Former Grovetown city clerk Vicky Capetillo pleaded guilty Monday in U.S. District Court, admitting she stole from the city from 2011 through 2016.
Capetillo, 60, pleaded to theft from a federal program and money laundering. As part of the plea deal she agreed to forfeit $891,721, the total amount authorities believed she took from the city’s coffers, IRS Special Agent Jeff Hale testified Monday.
In 2015 alone, she deposited more than $186,000 in cash into her own bank account, money that she stole from the city, Hale said.
Capetillo used different schemes. One that netted her more than $756,000 in cash was using customers’ accounts to steal cash payments for city services. In September 2014, she took $13,5000 from funds the Federal Emergency Management Agency gave to Grovetown to compensate for damages from the 2014 ice storm, Hale said.
A service Grovetown provided, cashing personal and payroll checks, gave Capetillo another way to steal from the city. Capetillo would give customers cash but instead of depositing the corresponding checks into the city’s bank account, she occasionally deposited them into her own account, Hale said.
U.S. District Court Chief Judge J. Randal Hall asked Capetillo to tell him in her own words what she had done. Capetillo said she did cash checks for people and “inadvertently” deposited some checks into her own account. Hall confronted Capetillo, asking if she was pleading guilty to crimes or saying she had made an error. Capetillo admitted she knew what she was doing and did it intentionally.
Hall accepted the recommendation of the pre-sentencing probation officer and allowed Capetillo to remain free on an unsecured $20,000 bond pending sentencing. She will have a 10 p.m. to 6 a.m. curfew, surrender her passport, and remain in the counties that comprise the Southern District of Georgia. She is prohibited from having contact with anyone involved in the case.
A sentencing date will not be set until a pre-sentencing report is prepared. The theft charge is punishable by up to 10 years and the money laundering charge is punishable by up to 20 years. However, with the plea agreement in place, the federal sentencing guideline range will not call for any maximum punishment.
Capetillo resigned in August 2016, not long after those inside and outside the city government complained of financial irregularities.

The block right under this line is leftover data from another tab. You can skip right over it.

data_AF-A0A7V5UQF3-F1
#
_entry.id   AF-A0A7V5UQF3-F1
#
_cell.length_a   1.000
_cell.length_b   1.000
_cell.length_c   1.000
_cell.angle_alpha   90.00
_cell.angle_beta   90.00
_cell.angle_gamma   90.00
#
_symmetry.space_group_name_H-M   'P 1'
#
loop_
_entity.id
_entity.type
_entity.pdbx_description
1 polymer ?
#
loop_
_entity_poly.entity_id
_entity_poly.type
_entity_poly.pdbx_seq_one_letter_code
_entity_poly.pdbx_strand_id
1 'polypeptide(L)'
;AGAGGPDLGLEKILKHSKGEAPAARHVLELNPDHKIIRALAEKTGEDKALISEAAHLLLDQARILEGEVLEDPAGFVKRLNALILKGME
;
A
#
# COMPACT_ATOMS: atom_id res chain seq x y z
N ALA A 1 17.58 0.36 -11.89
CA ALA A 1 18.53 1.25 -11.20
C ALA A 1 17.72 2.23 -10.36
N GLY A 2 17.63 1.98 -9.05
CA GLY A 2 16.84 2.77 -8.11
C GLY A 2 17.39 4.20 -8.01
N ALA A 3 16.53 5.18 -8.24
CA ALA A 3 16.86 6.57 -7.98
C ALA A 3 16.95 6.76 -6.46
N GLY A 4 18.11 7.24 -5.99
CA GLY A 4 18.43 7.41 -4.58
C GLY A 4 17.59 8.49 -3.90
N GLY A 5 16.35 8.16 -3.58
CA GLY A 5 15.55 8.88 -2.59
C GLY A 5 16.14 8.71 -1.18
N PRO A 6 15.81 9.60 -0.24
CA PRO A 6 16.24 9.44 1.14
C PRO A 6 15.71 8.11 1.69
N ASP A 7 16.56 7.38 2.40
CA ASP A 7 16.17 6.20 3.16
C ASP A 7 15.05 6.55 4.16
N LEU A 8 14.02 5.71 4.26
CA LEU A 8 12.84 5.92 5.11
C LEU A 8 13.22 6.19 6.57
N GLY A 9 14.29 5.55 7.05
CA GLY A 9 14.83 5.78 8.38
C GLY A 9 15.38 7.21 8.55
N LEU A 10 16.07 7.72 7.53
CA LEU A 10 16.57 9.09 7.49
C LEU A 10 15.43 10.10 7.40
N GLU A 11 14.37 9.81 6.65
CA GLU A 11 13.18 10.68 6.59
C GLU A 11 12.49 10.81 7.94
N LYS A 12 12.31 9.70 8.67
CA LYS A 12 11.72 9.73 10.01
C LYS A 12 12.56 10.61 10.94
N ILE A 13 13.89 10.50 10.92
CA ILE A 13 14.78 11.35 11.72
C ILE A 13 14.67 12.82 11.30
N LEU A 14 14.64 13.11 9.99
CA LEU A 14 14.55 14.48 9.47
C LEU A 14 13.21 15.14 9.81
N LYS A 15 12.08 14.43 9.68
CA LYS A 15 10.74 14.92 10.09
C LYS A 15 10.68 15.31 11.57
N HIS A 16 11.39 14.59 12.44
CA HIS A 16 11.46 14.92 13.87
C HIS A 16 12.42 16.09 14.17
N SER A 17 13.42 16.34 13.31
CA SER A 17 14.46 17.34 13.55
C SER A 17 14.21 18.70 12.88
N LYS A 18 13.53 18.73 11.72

Grovetown settled two civil lawsuits earlier this year. One cost the city $750,000 to settle claims of residents who contended their utility rates were inflated to cover theft and fraud. The other cost the city $150,000 to settle a former employee’s whistle-blower case.
Capetillo is the stepdaughter of city Councilman and former mayor Dennis Trudeau, and the daughter of former councilwoman and mayor Mary Ann Trudeau.
Grovetown Mayor Gary Jones said in a statement after the hearing that the city has options regarding recouping the lost funds.
“We have the right to file a claim with GERMA which is the insurance portion of the Georgia Municipal Association, for a dishonest claim against an employee for up to $500,000,” Jones said at city hall Monday afternoon. “So maybe with that and some reimbursements back from her imposed by the courts, maybe we can get some of that money back.”
Jones said Capetillo’s plea was expected and that new procedures have been implemented to prevent this type of theft from occurring again.
“I can ensure (residents) that all the precautions are in place to prevent this type of crime from happening again,” he said. “It’s a large amount of money, but I think we are on the right track, I don’t think we will have these kinds of problem in the future.”
Capetillo faces unrelated theft charges in Columbia County Superior Court. She is accused of misappropriating about $20,000 from the Grovetown Lions Club while serving as the club’s treasurer. She has pleaded not guilty.
Staff writer Abbigail Lennon contributed to this story
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